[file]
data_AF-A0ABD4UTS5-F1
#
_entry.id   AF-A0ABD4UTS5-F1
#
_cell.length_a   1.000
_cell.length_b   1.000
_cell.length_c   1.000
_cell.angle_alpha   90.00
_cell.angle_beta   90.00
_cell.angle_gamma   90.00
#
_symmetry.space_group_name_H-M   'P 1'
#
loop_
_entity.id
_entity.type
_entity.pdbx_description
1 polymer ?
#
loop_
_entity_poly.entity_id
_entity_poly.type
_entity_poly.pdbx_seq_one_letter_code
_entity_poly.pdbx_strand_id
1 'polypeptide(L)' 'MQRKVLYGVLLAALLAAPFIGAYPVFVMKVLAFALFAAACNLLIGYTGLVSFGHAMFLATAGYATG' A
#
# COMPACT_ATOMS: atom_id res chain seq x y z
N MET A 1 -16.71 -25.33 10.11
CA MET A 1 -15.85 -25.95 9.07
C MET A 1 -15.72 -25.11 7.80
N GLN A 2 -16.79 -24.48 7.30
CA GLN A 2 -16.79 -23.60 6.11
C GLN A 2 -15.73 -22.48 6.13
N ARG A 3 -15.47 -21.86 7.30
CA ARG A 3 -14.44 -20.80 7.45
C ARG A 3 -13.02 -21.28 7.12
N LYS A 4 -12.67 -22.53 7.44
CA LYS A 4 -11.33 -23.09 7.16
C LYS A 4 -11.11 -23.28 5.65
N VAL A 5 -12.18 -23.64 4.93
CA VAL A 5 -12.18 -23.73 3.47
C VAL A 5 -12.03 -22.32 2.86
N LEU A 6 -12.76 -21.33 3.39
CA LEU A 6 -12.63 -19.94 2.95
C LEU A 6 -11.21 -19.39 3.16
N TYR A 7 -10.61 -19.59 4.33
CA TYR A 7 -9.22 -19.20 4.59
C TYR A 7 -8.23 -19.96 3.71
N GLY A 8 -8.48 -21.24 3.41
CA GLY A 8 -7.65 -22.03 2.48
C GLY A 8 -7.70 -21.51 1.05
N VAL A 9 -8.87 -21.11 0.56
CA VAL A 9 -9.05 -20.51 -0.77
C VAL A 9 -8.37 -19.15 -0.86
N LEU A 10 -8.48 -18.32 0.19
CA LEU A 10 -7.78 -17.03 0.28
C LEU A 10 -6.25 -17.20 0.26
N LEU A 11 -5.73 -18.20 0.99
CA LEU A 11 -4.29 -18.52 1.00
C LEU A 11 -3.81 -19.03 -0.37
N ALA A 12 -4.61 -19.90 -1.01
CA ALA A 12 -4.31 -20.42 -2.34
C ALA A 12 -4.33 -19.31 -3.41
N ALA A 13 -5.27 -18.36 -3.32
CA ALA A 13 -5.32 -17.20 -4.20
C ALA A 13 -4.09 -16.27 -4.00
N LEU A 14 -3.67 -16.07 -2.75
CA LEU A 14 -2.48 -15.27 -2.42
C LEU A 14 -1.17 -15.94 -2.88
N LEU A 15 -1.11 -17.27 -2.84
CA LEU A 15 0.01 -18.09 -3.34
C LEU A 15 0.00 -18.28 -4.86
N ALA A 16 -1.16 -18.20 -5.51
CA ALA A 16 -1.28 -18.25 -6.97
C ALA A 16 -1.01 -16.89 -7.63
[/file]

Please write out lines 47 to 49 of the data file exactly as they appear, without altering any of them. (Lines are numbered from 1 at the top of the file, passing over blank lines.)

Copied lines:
CA TYR A 7 -9.22 -19.20 4.59
C TYR A 7 -8.23 -19.96 3.71
N GLY A 8 -8.48 -21.24 3.41